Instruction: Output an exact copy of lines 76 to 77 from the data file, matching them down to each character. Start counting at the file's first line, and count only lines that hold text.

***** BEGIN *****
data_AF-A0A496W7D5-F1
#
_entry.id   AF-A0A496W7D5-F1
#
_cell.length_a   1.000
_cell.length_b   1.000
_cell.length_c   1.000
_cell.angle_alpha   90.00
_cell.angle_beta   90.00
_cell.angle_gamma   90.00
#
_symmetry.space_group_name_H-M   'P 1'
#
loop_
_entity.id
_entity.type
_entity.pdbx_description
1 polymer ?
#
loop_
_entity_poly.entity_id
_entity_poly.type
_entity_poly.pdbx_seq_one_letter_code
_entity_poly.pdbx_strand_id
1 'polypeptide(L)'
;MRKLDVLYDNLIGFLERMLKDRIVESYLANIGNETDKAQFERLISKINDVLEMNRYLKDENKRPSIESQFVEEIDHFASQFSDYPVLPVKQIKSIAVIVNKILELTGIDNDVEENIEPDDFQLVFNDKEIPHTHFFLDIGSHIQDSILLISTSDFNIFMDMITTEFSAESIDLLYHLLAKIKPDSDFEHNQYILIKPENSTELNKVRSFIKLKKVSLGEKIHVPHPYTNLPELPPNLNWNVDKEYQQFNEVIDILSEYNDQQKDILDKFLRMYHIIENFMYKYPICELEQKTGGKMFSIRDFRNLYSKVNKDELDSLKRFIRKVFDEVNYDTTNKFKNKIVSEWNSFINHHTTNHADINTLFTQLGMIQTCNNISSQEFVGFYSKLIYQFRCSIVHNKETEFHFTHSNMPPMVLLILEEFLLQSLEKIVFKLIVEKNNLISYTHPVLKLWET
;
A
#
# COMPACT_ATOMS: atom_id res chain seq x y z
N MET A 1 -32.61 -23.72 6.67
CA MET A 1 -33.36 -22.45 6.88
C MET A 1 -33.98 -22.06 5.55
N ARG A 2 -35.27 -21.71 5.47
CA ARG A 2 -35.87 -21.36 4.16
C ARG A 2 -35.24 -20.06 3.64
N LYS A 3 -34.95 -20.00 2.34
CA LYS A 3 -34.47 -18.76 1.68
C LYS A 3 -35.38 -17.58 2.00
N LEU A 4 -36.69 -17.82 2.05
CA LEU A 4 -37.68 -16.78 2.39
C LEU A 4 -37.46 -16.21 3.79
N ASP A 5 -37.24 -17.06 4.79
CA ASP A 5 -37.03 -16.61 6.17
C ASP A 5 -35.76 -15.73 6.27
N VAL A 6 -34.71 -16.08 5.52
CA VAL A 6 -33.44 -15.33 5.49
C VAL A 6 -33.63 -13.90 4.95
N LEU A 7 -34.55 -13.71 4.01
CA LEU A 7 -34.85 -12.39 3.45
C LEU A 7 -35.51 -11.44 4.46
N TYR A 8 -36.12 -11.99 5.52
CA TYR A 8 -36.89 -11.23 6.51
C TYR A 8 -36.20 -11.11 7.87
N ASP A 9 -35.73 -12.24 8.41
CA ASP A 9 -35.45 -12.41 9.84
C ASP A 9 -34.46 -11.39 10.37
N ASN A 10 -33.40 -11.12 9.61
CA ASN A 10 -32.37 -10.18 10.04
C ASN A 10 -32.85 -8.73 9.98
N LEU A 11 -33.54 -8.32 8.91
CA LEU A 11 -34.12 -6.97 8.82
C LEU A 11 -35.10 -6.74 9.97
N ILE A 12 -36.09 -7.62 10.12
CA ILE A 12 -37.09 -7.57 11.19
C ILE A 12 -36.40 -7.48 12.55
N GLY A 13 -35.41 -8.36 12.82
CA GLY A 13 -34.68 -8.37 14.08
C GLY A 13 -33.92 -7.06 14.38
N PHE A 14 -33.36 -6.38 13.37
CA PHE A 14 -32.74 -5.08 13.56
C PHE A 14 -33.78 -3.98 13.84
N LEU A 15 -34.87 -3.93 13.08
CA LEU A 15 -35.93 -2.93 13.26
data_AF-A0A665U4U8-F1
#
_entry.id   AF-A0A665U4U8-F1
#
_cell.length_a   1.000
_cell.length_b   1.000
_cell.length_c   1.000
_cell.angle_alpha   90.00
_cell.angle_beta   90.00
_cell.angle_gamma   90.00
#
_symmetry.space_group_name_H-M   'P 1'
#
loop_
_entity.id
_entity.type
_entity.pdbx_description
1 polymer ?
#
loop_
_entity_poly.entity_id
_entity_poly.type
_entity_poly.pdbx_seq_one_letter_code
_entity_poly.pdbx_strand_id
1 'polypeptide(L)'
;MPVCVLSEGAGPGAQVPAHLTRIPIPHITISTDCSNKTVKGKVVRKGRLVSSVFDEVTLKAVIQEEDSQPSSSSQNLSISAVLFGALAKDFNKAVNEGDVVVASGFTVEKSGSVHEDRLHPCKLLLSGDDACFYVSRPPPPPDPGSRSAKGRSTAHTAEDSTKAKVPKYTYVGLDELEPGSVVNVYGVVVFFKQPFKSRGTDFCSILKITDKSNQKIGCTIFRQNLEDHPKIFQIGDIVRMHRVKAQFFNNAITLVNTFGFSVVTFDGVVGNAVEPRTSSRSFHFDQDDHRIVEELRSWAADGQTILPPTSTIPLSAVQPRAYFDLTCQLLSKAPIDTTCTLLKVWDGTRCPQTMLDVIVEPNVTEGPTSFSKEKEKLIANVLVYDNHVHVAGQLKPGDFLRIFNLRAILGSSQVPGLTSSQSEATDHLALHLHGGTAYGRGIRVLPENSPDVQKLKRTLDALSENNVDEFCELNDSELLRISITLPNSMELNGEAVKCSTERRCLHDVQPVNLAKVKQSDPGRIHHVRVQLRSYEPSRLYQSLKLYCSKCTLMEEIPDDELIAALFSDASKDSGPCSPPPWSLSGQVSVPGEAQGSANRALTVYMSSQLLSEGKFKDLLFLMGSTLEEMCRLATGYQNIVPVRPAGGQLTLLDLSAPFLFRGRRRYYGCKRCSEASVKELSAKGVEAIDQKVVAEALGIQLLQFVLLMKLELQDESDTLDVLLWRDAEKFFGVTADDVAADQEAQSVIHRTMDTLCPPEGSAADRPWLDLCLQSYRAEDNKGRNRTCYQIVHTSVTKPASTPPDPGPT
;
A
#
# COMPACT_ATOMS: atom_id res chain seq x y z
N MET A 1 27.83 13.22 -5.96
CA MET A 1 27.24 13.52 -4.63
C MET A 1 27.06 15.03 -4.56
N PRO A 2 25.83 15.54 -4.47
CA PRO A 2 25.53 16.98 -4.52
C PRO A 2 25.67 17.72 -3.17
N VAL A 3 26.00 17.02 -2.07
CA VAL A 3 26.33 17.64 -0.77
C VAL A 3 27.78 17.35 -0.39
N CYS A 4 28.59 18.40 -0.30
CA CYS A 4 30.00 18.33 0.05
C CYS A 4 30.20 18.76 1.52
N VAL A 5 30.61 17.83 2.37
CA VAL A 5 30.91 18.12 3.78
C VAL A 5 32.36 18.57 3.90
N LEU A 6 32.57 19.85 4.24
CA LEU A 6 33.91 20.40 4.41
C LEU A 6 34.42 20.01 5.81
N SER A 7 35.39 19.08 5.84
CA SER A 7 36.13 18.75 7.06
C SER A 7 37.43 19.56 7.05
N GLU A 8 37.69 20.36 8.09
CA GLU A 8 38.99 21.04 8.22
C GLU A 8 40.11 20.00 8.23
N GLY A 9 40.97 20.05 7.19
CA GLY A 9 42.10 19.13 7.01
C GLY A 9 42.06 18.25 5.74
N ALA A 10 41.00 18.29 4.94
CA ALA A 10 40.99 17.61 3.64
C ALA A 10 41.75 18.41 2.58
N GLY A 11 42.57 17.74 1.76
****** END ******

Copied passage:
#
_entry.id   AF-A0A665U4U8-F1